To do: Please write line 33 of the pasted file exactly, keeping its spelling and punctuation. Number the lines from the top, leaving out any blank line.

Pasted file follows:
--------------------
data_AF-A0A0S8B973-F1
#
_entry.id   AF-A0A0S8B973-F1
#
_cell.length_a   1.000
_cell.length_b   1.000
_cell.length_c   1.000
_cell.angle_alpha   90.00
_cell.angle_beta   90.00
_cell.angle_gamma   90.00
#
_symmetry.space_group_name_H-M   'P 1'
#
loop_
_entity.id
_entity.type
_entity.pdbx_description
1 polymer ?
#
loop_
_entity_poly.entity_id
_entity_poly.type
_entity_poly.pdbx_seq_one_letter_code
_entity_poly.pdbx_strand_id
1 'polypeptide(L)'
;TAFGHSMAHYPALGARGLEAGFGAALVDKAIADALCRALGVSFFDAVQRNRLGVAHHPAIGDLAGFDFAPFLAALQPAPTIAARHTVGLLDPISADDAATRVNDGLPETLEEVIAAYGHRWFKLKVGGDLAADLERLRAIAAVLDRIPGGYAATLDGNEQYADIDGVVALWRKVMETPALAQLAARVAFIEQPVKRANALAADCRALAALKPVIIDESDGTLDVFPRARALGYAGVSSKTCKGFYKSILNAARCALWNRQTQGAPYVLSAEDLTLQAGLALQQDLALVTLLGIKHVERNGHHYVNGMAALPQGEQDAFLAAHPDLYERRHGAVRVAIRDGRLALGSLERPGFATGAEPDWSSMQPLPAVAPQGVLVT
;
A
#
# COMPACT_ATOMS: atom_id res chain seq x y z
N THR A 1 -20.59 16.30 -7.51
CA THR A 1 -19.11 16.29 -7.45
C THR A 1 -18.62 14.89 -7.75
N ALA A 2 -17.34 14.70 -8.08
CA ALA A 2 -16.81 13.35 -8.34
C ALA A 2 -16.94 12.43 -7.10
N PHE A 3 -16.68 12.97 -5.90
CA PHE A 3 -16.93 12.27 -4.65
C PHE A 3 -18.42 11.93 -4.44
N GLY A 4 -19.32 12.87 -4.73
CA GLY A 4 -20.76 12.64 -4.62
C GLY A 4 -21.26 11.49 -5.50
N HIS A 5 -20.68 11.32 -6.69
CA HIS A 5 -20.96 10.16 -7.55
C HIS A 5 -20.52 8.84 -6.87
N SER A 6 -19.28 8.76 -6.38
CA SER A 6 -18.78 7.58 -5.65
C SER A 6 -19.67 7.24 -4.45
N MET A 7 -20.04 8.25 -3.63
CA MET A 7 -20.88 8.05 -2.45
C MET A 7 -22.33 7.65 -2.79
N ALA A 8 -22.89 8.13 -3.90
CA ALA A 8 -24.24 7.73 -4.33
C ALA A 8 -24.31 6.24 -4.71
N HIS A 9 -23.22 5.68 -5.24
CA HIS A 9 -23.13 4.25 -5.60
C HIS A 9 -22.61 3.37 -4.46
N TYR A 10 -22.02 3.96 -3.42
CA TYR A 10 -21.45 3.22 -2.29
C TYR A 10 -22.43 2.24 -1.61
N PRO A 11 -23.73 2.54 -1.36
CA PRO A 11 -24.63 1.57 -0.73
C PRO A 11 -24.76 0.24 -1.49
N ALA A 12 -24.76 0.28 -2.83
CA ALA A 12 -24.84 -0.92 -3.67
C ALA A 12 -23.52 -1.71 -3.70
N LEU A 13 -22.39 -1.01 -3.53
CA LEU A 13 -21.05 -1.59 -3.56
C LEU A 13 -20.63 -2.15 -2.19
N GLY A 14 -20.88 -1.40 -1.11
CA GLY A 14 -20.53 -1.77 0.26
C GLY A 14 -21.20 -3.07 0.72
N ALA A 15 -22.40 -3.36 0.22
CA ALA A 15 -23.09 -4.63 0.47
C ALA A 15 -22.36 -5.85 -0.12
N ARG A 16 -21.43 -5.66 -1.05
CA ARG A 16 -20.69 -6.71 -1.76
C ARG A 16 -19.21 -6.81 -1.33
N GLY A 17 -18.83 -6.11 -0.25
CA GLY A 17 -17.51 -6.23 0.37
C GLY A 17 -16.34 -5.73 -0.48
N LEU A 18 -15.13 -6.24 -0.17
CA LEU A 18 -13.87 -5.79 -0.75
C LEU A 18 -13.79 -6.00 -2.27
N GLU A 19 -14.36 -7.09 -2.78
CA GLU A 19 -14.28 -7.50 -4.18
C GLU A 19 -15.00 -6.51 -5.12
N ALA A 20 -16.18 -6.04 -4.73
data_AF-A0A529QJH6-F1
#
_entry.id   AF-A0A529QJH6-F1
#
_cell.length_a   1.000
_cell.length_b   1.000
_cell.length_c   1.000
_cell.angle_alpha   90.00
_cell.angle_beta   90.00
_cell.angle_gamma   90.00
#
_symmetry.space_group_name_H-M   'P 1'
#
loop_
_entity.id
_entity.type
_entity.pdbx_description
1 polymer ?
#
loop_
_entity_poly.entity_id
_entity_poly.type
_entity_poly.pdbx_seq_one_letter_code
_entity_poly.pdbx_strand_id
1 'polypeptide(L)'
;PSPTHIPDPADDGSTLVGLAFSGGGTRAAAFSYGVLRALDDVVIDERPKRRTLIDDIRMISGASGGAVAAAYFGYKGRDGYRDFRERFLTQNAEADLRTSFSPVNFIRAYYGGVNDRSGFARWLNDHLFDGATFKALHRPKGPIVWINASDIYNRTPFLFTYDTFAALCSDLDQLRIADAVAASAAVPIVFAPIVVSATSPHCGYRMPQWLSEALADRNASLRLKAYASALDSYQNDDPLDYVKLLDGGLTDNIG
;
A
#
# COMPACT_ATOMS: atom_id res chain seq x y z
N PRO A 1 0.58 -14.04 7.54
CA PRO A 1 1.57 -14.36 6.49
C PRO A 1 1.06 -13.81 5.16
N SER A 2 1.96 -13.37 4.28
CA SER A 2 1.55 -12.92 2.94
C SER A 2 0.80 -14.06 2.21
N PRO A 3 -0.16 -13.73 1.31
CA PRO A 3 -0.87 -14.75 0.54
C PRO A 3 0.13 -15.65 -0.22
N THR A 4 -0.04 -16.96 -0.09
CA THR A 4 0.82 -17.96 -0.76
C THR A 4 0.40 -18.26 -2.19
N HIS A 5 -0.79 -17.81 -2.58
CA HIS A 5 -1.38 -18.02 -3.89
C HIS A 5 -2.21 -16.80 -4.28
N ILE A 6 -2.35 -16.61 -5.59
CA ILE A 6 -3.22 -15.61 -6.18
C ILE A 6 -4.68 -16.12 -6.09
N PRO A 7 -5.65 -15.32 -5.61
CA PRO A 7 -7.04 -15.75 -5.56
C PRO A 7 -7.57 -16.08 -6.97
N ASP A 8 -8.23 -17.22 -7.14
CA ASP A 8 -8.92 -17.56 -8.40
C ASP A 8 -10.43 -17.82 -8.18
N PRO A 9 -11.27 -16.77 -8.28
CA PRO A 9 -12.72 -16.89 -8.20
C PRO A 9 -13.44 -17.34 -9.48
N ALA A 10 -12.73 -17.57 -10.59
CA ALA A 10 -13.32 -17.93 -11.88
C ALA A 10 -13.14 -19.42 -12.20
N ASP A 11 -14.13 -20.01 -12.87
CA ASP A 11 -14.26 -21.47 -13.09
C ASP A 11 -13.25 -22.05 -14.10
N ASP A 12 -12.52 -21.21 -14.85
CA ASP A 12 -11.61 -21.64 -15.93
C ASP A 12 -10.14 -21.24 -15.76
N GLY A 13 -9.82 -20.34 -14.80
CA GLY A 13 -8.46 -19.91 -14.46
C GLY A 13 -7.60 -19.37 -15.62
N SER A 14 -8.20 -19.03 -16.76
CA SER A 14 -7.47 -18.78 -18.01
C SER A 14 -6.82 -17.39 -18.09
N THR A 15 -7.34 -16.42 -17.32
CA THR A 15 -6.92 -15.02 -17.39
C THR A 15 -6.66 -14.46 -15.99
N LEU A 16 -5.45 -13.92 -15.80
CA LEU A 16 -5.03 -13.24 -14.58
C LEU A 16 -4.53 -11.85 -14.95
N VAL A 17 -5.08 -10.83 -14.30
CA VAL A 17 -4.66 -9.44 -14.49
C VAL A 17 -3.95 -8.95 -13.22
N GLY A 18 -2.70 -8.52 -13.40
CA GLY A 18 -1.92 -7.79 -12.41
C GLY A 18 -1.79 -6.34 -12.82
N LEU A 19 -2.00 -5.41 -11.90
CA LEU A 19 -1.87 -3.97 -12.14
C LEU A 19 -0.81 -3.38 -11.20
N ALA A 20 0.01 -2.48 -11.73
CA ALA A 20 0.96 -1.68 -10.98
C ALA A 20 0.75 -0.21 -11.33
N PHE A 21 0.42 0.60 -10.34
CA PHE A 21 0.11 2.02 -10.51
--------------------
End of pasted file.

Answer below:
C THR A 1 -18.62 14.89 -7.75